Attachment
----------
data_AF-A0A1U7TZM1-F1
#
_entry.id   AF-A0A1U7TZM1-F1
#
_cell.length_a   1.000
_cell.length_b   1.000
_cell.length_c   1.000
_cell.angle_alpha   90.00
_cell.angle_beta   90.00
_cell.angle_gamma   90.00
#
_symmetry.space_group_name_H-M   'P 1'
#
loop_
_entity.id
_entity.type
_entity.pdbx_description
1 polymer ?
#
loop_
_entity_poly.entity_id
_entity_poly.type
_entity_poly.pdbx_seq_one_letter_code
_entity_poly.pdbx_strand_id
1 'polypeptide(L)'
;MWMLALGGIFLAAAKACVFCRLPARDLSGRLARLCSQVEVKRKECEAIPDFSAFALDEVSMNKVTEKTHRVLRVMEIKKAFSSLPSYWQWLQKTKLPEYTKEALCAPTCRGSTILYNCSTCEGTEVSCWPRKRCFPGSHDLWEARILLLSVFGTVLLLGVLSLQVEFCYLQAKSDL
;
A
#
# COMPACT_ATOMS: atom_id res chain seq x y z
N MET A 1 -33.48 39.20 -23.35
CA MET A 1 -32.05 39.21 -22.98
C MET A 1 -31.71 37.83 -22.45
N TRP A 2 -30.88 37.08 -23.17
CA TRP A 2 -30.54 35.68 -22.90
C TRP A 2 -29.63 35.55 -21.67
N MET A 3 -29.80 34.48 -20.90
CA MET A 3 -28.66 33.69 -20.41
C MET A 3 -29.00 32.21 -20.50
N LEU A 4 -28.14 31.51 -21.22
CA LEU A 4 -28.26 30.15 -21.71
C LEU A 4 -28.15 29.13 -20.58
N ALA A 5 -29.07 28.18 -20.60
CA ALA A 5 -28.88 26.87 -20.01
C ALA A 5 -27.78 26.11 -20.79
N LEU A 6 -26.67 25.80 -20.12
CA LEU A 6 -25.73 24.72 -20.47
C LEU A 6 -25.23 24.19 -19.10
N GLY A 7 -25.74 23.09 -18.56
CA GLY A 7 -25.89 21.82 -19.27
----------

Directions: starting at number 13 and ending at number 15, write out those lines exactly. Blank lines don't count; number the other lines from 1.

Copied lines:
#
loop_
_entity.id